Careers Wales.

Live sessions will be held for each region across Wales from 7 – 10 July, with lots of
additional content available throughout the second week of July and beyond. There will also
be the opportunity to put questions to local careers advisors and learning providers who
know about the provision in your area.

Virtual Open Days will be hosted online, but those without internet access at home will have
the option to phone and speak directly with schools, colleges and work-based learning
providers.

Welsh Government will be providing information about the full range of Virtual Open Days,
as well as links to partner websites and content, on Working Wales where there will also be
advice for those students who are unsure of what they want to do next.

Kirsty Williams, Minister for Education, said: “Now more than ever, it’s vital that young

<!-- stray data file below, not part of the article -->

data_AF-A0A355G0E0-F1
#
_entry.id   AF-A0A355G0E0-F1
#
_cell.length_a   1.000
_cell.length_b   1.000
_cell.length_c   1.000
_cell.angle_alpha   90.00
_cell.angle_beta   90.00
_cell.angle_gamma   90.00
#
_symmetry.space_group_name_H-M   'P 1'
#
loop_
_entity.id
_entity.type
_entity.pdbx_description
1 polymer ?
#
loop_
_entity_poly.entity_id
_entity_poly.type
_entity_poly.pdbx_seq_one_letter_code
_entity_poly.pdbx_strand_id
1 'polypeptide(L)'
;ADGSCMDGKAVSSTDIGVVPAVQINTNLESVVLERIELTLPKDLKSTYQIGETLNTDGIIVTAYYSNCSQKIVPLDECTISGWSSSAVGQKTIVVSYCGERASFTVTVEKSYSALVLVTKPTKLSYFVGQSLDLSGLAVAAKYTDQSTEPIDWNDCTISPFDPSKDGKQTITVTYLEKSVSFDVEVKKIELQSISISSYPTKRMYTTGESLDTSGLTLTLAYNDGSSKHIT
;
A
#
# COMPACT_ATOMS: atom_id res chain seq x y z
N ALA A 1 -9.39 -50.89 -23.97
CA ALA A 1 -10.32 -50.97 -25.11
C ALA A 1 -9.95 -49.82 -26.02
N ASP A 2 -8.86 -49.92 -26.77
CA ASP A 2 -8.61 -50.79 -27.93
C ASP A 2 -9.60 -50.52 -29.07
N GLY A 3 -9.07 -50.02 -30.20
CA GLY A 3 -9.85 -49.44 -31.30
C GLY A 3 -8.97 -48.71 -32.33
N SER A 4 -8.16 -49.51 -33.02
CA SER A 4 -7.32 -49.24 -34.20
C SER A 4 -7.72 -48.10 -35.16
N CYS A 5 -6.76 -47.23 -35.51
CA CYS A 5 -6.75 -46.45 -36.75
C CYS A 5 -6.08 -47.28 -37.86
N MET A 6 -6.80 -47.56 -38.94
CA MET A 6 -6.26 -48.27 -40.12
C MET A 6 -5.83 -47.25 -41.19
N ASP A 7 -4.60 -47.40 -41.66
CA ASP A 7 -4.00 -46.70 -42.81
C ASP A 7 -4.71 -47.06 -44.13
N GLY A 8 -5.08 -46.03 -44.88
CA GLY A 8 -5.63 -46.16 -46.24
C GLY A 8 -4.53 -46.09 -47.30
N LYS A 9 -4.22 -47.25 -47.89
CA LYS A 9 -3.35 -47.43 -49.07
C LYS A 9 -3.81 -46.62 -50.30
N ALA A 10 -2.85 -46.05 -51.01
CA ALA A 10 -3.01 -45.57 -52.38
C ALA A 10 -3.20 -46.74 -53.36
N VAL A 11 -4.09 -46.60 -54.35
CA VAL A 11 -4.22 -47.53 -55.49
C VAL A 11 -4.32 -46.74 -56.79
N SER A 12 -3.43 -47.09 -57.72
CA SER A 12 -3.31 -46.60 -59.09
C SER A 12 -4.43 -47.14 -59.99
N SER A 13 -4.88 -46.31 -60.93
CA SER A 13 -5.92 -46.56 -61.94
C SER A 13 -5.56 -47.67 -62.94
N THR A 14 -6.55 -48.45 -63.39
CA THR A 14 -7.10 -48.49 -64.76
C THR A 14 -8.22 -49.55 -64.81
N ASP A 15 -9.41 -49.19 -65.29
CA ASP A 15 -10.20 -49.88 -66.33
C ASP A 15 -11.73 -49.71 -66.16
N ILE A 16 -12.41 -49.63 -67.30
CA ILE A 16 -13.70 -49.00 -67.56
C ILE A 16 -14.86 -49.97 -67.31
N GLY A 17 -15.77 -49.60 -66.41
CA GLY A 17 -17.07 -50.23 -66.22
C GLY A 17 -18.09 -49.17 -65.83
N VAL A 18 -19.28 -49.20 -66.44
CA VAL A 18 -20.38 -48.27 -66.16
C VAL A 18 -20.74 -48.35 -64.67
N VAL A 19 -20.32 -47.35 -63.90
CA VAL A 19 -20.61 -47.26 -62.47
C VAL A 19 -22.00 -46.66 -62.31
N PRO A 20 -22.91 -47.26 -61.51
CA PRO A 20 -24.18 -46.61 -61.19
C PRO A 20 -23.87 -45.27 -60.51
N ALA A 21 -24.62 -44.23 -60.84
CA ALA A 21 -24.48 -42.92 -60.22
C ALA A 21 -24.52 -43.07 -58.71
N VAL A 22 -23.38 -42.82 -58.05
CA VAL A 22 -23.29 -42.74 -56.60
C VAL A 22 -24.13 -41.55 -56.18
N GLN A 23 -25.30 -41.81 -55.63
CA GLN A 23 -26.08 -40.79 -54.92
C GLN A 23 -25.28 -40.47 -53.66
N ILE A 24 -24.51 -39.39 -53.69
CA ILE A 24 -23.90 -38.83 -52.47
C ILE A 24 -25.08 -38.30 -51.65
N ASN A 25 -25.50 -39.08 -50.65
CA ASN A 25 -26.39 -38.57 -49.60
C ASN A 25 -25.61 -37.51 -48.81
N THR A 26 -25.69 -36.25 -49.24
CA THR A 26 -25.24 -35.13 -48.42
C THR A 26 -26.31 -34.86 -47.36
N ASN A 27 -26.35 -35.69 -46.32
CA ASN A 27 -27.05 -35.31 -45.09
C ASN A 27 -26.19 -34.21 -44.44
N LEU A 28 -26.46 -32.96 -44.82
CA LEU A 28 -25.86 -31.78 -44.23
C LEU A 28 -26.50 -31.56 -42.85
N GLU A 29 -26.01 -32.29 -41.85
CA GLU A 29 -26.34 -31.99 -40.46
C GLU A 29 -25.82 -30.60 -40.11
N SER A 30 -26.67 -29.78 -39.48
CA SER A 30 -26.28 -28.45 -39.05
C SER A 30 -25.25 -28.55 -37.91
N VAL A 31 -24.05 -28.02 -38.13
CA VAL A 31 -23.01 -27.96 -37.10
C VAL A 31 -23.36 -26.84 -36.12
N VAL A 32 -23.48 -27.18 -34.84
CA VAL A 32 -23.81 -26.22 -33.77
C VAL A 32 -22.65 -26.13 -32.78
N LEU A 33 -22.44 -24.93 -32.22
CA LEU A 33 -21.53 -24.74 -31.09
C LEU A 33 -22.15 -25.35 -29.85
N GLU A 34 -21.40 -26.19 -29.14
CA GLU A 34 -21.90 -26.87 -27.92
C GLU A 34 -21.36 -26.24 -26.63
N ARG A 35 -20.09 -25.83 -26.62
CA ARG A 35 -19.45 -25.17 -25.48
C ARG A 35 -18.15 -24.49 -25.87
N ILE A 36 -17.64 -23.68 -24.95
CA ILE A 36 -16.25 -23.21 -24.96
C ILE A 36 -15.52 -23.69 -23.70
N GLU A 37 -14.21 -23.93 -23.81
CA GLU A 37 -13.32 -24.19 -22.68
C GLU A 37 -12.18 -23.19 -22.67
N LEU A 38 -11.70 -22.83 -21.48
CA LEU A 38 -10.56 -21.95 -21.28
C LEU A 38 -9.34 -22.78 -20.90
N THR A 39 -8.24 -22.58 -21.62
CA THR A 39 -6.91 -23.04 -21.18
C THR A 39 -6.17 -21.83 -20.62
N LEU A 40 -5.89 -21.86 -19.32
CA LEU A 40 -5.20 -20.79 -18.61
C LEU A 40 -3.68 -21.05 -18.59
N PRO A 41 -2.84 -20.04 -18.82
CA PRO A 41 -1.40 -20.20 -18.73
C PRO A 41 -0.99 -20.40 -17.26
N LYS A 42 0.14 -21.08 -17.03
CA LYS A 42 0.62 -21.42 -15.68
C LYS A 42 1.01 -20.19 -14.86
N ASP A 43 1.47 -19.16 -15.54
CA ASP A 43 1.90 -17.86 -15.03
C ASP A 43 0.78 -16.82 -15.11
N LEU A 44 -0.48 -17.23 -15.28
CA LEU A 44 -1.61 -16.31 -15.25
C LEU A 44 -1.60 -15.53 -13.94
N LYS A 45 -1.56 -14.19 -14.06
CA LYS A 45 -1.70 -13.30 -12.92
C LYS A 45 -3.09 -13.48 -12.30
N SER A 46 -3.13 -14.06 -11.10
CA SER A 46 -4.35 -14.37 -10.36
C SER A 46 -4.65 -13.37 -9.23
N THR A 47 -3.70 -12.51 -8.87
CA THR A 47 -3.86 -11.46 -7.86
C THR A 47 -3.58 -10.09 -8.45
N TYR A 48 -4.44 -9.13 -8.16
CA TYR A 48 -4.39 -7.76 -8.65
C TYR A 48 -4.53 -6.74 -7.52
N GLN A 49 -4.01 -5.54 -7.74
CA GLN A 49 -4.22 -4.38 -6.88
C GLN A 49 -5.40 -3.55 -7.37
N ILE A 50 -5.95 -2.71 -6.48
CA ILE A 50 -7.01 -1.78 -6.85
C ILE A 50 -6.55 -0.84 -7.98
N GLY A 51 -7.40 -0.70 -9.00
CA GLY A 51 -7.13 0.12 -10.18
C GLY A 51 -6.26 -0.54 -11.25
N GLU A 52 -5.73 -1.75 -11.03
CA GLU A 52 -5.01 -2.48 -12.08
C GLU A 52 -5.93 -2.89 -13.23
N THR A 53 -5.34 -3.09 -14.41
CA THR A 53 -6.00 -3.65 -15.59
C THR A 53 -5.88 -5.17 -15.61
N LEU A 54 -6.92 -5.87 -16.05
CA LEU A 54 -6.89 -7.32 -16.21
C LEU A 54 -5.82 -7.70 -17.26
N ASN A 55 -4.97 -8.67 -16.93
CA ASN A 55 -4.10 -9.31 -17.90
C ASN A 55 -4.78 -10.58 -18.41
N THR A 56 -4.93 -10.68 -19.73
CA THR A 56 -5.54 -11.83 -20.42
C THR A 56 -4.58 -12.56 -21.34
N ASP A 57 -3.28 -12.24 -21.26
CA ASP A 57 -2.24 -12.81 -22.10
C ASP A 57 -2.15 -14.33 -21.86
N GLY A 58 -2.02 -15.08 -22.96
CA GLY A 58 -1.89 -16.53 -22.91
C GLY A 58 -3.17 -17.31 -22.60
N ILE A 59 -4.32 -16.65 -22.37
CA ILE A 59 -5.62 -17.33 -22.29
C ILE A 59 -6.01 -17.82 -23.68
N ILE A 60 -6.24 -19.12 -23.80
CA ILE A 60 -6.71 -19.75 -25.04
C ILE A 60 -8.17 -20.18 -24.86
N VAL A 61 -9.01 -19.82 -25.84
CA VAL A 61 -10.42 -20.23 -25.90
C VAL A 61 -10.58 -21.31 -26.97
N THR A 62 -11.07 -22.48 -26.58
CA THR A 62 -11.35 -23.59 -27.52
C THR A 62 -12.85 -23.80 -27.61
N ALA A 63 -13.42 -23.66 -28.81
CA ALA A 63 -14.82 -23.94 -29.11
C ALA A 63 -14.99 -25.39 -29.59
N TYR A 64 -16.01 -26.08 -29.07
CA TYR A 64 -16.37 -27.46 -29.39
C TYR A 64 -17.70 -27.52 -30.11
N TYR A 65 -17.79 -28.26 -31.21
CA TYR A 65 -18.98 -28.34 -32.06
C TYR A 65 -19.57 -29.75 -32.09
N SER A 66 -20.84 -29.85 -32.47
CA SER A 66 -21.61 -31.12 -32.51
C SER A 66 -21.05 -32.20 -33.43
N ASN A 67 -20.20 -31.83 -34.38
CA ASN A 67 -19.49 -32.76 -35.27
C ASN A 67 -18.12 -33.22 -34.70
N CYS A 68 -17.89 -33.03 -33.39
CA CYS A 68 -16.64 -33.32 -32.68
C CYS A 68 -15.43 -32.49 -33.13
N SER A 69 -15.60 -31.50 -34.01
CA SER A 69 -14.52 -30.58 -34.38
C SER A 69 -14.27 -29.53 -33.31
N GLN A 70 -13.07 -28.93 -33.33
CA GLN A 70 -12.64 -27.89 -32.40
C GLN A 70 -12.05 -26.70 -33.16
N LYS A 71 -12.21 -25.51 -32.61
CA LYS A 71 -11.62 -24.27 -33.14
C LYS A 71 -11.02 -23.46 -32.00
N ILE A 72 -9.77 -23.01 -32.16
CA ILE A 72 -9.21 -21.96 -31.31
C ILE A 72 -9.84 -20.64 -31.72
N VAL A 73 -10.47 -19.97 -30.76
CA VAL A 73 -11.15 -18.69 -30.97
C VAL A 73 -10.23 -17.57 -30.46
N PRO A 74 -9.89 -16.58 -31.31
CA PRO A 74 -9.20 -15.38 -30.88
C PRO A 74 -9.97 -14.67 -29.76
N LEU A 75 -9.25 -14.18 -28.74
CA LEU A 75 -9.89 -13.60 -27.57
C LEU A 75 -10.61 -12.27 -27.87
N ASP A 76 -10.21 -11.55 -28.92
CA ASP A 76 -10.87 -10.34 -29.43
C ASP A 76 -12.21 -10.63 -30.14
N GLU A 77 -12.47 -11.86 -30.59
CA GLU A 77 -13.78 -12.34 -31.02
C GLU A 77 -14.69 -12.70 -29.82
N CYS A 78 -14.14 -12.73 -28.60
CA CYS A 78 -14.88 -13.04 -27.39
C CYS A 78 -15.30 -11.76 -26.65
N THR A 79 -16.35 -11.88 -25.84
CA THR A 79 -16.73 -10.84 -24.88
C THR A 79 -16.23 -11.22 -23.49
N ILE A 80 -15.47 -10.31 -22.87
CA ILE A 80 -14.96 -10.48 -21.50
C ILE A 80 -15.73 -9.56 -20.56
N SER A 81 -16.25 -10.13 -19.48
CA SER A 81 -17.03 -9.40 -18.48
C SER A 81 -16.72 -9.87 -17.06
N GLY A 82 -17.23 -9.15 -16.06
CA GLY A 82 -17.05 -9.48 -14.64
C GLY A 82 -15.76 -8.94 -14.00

people are equipped with the skills, information and training they need to find fulfilling work.
“If you’re a young person, you may be unsure of what you want to do after school, or
whether you want to continue in education at all. Open days can play a vital role in helping
access the right education or training, providing a vital insight into the different courses and
ways of learning that are available to young people considering their next options.

“Virtual Open Days are a really innovative way to explore options digitally and will help
young people in deciding what to do next. Whether you are shielding at home, returning to
school to say goodbye for the summer, or are not sure what to do next, our national virtual
open days will ensure learners in every region of Wales have the opportunity to engage and
ask questions at this important time.”

Nikki Lawrence, chief executive of Careers Wales, said: “Deciding what the next step is with
your education is an important time for young people across Wales and we want to make
sure that they are still able to explore the different options that are available.

“During the four days we will be offering additional support from our expert careers advisers
who will be available via our live web chat. This will enable young people who are not sure
what the next step is to get the advice and guidance they need.”

To find out more about Wales’ Virtual Open Days, call Working Wales on 0800 028 4844 or
go to www.workingwales.gov.wales/start-your-story.